Legislative Assembly for the ACT: 1998 Week 2 Hansard (19 May) . . Page.. 309 ..
MR HUMPHRIES (continuing):
Mr Speaker, I support the motion and urge members of the Assembly to help in the process of educating the community about what this means and ensuring that the process does go forward to strengthen international nuclear disarmament.
MR SMYTH (Minister for Urban Services) (11.38): Mr Speaker, in consultation with Mr Stanhope, we would now like to see paragraph (5) inserted as is; but the proposed paragraph (6) actually become a new paragraph (c) of Ms Tucker's amendment. That paragraph would read:
calls on the Commonwealth Government to consider supporting appropriate international sanctions.
MR SPEAKER: You can foreshadow it at this point, Mr Smyth, because they have not been moved yet.
MR SMYTH: I would like to foreshadow that amendment. Mr Stanhope is in agreement. It has actually been circulated in the house now.
MR STANHOPE (Leader of the Opposition) (11.39): I am sorry about that, Mr Speaker; I think I led to that confusion. I seek leave to move together the second set of two amendments which have now been circulated in my name.
MR STANHOPE: I move:
(1) After proposed paragraph (4) insert the following paragraph:
"(5) calls on India and Pakistan to sign the Comprehensive Test Ban Treaty and the Nuclear Non-proliferation Treaty.".
(2) After proposed paragraph (b) add the following paragraph:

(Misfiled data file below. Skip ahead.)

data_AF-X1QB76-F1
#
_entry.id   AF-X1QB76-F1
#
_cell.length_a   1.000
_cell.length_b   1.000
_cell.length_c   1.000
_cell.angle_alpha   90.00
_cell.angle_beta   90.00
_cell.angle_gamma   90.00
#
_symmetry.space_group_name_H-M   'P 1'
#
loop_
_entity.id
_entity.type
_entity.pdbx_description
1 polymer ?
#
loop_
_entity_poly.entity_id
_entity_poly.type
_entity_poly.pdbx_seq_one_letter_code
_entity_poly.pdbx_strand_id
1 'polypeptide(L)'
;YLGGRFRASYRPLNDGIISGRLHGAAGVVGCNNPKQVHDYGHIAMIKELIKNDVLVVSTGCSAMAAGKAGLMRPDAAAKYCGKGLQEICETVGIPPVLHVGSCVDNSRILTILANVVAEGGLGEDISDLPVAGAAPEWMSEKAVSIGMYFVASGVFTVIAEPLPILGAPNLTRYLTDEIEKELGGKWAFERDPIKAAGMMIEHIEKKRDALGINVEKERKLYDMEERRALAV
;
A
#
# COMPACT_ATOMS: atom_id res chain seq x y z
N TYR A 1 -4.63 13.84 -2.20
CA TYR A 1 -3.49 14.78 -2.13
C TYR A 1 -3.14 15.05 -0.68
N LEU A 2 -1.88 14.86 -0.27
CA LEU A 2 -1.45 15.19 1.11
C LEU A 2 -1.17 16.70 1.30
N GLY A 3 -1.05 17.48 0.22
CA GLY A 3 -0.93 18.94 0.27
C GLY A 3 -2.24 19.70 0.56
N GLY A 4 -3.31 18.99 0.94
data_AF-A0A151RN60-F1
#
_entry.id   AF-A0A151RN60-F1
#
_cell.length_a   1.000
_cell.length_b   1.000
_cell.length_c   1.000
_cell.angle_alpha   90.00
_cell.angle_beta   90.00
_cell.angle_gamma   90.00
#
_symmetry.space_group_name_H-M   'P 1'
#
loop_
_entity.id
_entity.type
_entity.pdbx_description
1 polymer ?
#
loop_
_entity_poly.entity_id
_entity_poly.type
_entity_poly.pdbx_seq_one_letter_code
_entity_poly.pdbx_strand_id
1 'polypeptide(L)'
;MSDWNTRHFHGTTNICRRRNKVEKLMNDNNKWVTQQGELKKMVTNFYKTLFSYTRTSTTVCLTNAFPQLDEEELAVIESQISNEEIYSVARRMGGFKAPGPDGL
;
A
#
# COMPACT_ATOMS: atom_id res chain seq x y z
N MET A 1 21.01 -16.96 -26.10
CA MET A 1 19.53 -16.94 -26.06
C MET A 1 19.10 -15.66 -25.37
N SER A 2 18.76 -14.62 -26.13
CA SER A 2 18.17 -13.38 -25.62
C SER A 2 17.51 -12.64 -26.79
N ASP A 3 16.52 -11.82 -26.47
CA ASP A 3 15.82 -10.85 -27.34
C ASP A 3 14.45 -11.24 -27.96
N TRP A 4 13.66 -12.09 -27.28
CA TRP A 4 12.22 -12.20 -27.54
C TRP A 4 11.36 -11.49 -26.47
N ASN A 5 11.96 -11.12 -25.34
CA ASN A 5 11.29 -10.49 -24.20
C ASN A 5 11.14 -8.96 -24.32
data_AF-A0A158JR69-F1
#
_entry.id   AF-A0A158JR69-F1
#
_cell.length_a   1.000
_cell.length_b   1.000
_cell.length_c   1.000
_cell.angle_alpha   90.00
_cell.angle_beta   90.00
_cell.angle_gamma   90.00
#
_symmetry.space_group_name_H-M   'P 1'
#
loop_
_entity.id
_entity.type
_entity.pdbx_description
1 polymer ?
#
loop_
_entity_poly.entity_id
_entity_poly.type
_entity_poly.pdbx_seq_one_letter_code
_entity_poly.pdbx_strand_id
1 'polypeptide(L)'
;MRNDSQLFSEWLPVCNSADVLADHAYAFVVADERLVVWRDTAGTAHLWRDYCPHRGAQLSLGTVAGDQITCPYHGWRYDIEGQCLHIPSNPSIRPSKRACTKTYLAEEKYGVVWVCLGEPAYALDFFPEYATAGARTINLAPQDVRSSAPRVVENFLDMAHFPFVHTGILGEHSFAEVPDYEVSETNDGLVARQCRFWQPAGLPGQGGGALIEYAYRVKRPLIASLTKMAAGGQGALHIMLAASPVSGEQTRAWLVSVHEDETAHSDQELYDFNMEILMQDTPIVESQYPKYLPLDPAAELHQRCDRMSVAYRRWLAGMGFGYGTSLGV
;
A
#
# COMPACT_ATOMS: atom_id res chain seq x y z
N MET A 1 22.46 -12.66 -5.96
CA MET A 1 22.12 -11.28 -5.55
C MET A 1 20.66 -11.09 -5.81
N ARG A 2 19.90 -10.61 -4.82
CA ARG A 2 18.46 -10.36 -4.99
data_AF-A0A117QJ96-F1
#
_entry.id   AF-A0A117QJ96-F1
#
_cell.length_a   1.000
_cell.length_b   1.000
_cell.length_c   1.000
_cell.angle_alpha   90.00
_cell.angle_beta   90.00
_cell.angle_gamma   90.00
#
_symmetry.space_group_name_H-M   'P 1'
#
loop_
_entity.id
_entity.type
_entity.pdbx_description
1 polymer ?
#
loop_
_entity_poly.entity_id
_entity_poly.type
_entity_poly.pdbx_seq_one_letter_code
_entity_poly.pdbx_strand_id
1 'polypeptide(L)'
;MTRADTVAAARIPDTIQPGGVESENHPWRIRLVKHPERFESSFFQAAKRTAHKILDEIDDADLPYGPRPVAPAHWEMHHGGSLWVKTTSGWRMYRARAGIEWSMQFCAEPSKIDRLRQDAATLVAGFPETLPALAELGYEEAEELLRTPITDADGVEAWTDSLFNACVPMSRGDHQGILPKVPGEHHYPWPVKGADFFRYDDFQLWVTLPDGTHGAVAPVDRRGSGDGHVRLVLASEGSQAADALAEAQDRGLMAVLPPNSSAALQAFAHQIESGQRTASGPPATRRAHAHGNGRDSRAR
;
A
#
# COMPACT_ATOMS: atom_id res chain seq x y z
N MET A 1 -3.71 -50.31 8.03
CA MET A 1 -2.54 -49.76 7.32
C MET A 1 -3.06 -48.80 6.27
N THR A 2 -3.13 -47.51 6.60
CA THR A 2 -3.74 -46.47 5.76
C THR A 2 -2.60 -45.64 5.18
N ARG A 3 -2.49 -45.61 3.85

"(c) calls on the Commonwealth Government to consider supporting appropriate international sanctions.".
MS TUCKER (11.40): Mr Speaker, I would like to make just a couple of comments about these amendments. I will support them, but I think it is important to point out that the reason that India and Pakistan did not want to support the comprehensive test ban treaty was that, if the treaty required that there be a commitment by all nuclear weapons states to a timetable for the elimination of all nuclear weapons, then they would have to forgo the nuclear option themselves. There is, obviously, a huge problem here, because the reality is that what the comprehensive test ban treaty does is say, "We will not develop any new weapons; but, for those who already have them, it is okay as long as they do not develop any more". Those nations which have shown restraint, in fact, and have not developed weapons are not allowed to develop them, but those which already have them are able to keep them.